Do You Need to be Right?

In the workplace, in sports and in relationships there is a high priority placed on who is right. I had the great pleasure of seeing Edward G. Hochuli speak last year at a conference.  He is a NFL referee and has been for some 20 plus years.  He studies the rules of the game every day…all year.   Yes; every day. This is a guy who has to get it right or he’ll receive thousands of emails, bad press and public ridicule.  How about you? Edward Houchali

I think this illustrates the importance that is placed on rules and, in turn, who is right.  The problem is this can be counterproductive in the workplace.  Having the last word and being right has the potential to be really damaging to the relationships around you.  Even Dr. Phil, whether you like him or not, refers to Right-fighters.  It’s the perfect term for those who are mono-focused on winning their point at all costs.

Think about it for a moment.  Who was the last know it all that you enjoyed being around, or collaborating with, or, worst of all, reporting to.  I’d like to suggest that maybe we should try to just let that ego attachment go.  This can be quite a challenge especially for any of us baby boomers out there who had to line up for recess, cross the street at the cross walk and never raised their hand in class unless they were positive they had the right answer. 

I think that Dale Carnegie got it right when, in his principles for “Win People to Your Way of Thinking”, he said “Show respect for the other person’s opinions.  Never say, “You’re wrong.” 

So you’re probably wondering how to you bite your tongue when our culture and workplace have placed such a high priority on being right

Here are 5 ways to find peace and do that:

1. Listen.  Figure out if there is something you can find agreement on.  You might disagree with the direction of the project at hand but you might be able to agree that you’ve got the right team assembled and that you will not all agree but you all need to listen and respect others opinions.  There must be that acknowledgement that you’re all trying to get to completion and benefit from the process.  Listen for agreement.

2. Reflect.  Reflect on the impact.  How important is it to put someone in their place?  What will you gain from it in the end?  What will this do to the value of your “stock”?  In, other words, who else is going to want to work with you or value your opinion if you are constantly pointing out that you are right….and therefore, everyone else, is wrong.  Reflect before you start pointing your finger.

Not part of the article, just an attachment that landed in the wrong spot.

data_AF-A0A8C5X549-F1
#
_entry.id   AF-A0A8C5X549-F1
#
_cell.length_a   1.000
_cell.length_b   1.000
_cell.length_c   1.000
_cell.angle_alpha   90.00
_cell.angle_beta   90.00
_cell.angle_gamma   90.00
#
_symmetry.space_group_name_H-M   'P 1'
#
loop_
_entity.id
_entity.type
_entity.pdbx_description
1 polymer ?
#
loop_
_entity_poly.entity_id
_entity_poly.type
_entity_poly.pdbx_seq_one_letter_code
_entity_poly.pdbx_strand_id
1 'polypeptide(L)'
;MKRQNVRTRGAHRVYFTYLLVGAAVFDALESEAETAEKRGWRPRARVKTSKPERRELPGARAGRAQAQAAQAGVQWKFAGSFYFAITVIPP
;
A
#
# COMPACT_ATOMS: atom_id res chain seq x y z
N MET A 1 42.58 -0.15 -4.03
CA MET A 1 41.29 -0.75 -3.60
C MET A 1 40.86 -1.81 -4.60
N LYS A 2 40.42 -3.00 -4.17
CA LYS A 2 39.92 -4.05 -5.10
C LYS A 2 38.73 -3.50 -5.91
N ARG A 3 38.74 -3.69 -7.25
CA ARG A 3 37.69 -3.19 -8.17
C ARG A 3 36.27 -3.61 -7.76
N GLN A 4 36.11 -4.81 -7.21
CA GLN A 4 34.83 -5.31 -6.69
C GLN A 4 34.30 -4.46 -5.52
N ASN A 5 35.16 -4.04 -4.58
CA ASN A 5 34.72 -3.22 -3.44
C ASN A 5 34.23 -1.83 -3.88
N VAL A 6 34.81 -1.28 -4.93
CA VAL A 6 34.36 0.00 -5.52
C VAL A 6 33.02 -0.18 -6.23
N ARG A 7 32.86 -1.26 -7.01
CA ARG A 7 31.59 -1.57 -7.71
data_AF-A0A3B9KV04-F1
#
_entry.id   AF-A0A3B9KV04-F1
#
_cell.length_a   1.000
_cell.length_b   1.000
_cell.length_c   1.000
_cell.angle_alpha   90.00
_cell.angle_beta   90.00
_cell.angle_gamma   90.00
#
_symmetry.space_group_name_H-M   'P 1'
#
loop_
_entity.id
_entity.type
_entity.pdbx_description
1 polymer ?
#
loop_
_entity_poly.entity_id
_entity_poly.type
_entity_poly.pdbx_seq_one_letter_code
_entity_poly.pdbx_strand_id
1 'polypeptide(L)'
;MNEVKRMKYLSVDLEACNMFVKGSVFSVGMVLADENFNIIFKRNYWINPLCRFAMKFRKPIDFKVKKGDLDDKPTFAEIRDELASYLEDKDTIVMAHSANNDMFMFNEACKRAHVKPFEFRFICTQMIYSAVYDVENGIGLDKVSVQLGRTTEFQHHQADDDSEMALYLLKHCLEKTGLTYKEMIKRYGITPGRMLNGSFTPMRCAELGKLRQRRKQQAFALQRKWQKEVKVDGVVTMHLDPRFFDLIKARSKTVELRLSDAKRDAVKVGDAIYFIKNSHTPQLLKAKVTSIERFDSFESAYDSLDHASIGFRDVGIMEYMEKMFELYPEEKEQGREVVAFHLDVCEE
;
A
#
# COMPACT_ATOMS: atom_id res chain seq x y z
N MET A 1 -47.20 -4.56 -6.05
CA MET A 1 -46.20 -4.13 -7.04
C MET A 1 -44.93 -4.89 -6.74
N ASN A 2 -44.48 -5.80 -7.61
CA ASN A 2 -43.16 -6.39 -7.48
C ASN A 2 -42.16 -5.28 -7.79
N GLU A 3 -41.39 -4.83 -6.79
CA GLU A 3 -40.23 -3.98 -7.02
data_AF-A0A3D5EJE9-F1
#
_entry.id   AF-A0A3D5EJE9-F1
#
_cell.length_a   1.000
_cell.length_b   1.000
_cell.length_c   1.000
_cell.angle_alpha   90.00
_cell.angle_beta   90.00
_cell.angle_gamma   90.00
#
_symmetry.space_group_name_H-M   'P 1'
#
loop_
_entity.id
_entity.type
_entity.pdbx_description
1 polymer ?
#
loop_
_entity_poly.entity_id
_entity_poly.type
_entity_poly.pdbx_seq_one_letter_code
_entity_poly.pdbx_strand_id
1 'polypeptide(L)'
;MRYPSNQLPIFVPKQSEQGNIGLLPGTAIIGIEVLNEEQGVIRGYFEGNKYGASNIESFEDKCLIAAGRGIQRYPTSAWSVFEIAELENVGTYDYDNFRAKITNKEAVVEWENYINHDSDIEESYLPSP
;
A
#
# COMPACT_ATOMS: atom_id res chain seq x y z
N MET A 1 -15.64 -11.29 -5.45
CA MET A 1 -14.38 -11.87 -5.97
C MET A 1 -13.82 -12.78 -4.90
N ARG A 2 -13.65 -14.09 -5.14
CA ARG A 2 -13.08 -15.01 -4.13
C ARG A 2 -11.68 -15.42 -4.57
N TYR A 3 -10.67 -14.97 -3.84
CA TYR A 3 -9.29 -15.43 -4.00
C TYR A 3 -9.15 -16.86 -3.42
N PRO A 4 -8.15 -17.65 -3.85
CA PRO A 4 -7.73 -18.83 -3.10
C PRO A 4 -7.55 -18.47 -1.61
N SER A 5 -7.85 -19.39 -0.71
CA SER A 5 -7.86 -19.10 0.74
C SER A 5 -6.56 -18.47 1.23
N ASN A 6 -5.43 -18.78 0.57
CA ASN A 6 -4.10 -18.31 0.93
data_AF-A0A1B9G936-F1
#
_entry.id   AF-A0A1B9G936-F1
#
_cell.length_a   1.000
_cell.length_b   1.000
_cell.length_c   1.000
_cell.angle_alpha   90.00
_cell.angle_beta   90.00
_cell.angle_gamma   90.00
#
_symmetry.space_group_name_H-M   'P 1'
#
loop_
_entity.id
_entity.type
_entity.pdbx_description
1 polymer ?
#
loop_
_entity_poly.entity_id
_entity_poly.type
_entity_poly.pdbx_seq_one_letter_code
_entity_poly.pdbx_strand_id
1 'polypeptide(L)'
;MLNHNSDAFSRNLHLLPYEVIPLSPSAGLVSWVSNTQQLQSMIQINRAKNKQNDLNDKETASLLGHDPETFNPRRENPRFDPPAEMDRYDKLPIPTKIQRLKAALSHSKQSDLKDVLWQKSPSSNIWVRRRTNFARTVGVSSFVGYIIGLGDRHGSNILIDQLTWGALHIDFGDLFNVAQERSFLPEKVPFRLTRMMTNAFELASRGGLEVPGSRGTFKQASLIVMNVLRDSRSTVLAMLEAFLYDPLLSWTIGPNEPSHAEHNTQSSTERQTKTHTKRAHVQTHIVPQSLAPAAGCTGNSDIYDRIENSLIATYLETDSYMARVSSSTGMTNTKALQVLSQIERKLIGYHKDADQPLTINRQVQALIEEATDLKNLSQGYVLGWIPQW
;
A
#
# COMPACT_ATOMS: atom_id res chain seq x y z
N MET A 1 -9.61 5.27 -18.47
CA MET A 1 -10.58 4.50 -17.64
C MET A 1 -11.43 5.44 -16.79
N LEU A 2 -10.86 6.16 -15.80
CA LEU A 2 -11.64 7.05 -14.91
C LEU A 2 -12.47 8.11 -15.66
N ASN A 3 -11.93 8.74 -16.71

3. Patience.  Is this the time and place to “put this person in their place”? If this is your direct report, a peer or, worse yet, your boss…think long and hard about how this might damage your relationship.  At least find a more opportune time (i.e. less embarrassing) to sit down and listen to their reasoning and talk it out so that you come to a common understanding.  Swallow your pride and be patient.

4. Check in.  What is your own ego saying to you?  Are you really that dependent on being right to feel good…to have self-respect?  Is this the measure of your self-worth?  Do you really want to be known as that Right Person at the expense of all else? Check in to keep your ego at bay.

5. Silence.  It’s golden.  In this world of bombarding news, marketing and media; sometimes silence is the most powerful message you can have and share with others.  Just keep your mouth shut and embrace silence.

Several of my coaching clients keep track of when they try to make a personal change.  They will record every time they change their perspective on a situation and the way they changed their reaction.  See if you can give up on the almighty rightness and find peace.

It’s good to ask yourself on a fairly regular basis – When was the last time you “fell on the sword” and let someone else be right? Leave a comment below so we can all learn.

My Boss Doesn’t Listen to Me

You probably consider yourself to be an excellent employee, student, contributor or active participant in your life but there still may be one area you’ve overlooked.my boss doesn't listen to me

Listening is an art that starts with you.  It’s ironic but actually true. Be a good listener first; they will follow.  I know sounds counter-intuitive but if you just shut up and listen…I mean really listen… you will end up with followers.  So you want to lead by example; listen by example.

So you’re in the staff meeting and have a brilliant idea on how to address the revenue short fall.   Or your boss is unloading on you about the operations manager from the plant in Detroit.  You probably want to stand on the conference table and get everyone’s attention- bad idea.  Frequently it is just best to bite your tongue and do nothing.  We’ve all worked with the “someone” who constantly interrupts, who has to have the last word, who just can’t let a topic, an argument or really anything go.  Don’t be that person.  Be the listener and they will follow.

Here are the 6 steps to being a better and active listener: